Discuss electric vehicles (EVs) with anyone and the topic of range and charging infrastructure will come up. For many, these are the biggest blockers to buying an EV. As people head off for their summer staycations they’ll be asking, “Can my car make a 300-mile journey? Will there be charging points available along the way?” These aren’t unreasonable questions as most EVs struggle to achieve 250 miles on a single charge, and we all regularly see charging points that are out of order and sites where all points are in use.
To solve these problems, EV charging vendors must provide a much better service to become “boringly reliable,” so that charging is no longer a worry to consumers—and this requires service monitoring.
Vendors will have done their research into how many charging points are needed in an area, so having even one point down across a bank can make a huge difference to availability
Common problems of rollout
For EV charging vendors, several problems can cause service to suffer as the estate grows to more than a few hundred devices. Having too few charging points in an area can have a real impact on the quality of the service—waiting for points to become available makes for unhappy customers. Another obstacle is ‘blocking’, where vehicles remain plugged-in after charging is complete. Vendors are experimenting with various approaches to encourage drivers to move-on in a timely way to maintain service availability for subsequent customers.
Then there are faulty devices, which are a real killer for service. Vendors will have done their research into how many charging points are needed in an area, so having even one point down across a bank can make a huge difference to availability. Faults can be driven by many factors, including hardware, software, communications, and even business process problems which prevent faults being detected and resolved in a timely fashion. Faults effecting more than one device are really damaging to reputation. If customers are irritated by a single charging point being unavailable, imagine their reaction to a whole bank or larger area being taken offline—especially if they’re in the middle of a long journey with no other chargers nearby.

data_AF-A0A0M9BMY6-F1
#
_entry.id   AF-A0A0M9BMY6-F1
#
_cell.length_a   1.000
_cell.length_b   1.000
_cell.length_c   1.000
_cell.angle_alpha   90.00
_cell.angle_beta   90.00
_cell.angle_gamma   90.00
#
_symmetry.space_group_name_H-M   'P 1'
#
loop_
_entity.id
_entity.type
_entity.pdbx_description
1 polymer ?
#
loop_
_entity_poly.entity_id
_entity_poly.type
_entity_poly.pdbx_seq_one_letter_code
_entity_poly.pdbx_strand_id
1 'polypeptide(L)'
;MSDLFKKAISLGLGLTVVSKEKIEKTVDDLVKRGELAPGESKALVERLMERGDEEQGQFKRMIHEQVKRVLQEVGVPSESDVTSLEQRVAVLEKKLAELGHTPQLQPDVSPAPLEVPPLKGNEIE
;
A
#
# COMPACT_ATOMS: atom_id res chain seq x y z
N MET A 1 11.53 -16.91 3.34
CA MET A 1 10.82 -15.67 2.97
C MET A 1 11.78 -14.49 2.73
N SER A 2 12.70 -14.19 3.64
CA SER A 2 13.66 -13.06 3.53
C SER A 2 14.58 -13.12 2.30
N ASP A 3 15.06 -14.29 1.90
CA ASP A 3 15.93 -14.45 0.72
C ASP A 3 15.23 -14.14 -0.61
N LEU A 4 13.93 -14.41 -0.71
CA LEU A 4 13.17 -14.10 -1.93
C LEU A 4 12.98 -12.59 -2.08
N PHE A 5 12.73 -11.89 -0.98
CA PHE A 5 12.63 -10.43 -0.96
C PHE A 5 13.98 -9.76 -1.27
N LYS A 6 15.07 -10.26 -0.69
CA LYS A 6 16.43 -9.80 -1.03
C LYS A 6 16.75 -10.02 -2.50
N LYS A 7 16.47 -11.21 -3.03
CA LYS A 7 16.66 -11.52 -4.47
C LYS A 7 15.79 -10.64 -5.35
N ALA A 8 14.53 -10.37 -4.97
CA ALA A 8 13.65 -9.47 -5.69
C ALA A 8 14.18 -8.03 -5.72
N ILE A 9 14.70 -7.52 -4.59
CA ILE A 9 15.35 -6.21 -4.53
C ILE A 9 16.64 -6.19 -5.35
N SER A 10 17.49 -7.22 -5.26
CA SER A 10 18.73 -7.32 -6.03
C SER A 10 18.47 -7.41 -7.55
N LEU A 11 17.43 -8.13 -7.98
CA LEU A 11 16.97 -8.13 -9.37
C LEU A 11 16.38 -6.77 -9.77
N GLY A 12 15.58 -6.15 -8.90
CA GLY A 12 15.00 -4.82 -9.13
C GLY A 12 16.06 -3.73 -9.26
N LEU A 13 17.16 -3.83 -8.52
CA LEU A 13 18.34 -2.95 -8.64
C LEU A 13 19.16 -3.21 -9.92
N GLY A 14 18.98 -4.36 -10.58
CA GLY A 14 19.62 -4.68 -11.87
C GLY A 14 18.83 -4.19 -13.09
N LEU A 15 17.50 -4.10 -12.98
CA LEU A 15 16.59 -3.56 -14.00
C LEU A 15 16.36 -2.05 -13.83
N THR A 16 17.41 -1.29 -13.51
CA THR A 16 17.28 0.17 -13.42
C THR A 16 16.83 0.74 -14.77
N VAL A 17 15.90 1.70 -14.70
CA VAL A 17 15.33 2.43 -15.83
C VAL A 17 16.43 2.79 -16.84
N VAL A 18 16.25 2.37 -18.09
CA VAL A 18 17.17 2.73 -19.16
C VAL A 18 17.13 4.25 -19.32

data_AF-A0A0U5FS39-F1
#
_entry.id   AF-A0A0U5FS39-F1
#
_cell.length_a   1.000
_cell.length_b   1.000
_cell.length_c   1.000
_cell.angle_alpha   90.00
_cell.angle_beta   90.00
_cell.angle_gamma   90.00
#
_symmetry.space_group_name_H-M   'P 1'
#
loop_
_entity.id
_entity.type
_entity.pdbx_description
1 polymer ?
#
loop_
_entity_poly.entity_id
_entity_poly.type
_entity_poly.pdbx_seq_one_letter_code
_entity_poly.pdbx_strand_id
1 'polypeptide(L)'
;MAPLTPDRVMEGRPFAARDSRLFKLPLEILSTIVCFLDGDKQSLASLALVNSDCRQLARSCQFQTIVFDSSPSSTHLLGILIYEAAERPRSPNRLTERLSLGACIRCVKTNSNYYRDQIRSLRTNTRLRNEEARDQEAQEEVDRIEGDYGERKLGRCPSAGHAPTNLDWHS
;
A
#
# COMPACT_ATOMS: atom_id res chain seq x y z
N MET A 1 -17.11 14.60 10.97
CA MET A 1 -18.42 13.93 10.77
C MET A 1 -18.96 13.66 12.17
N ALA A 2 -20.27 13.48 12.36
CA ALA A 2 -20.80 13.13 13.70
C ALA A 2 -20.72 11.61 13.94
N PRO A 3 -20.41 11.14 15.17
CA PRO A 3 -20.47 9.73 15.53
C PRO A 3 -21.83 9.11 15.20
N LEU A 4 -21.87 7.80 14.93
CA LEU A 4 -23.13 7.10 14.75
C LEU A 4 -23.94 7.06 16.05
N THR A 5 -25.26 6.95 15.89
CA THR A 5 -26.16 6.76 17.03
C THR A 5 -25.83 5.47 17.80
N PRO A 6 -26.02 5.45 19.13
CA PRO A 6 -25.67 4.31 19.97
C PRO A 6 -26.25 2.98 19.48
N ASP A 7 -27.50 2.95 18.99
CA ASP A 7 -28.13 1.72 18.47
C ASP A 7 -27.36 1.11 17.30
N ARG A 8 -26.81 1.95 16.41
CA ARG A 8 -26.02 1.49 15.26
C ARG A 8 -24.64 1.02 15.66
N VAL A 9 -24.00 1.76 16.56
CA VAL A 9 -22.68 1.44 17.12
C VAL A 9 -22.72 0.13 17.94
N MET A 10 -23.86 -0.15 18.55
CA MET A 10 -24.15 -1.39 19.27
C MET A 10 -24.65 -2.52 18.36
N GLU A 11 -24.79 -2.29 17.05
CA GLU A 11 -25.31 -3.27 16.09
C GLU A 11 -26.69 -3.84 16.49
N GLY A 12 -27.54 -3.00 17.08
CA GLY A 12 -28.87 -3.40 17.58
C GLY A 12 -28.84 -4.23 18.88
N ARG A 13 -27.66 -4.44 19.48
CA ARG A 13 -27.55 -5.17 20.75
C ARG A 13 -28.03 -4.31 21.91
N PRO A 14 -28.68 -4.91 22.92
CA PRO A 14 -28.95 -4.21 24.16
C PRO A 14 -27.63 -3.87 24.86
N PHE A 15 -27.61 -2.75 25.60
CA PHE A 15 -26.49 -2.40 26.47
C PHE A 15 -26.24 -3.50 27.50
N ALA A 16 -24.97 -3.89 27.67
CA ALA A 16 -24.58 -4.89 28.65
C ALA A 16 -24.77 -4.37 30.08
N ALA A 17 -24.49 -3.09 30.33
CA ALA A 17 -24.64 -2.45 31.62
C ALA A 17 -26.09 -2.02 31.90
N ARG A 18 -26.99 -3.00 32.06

Making smart devices smart
As a vendor, you could wait for customer complaints before dispatching engineers to fix problems. But this reactive approach leads to much worse uptime and site availability, and pretty much guarantees that you always let down your customers. By the time they’ve complained, it’s too late.
Without service monitoring, charging point vendors are completely in the dark about what is happening on their devices and have to be reactive instead of being proactive.
The better option is to deploy service monitoring technology to keep an eye on the whole estate—monitoring point uptime, site availability, and usage patterns. This lets vendors take action before customers are inconvenienced. Service monitoring also means faults can be spotted before they become a problem, meaning engineers can be dispatched—or sometimes even resolve the problem remotely—before the customer even realises there is an issue.
Without service monitoring, charging point vendors are completely in the dark about what is happening on their devices and have to be reactive instead of being proactive. This makes it impossible to deliver a good charging experience to consumers, which is really holding back EV adoption.
The opinions expressed here are those of the author and do not necessarily reflect the positions of Automotive World Ltd.
Pilgrim Beart is cofounder and Chief Executive of DevicePilot
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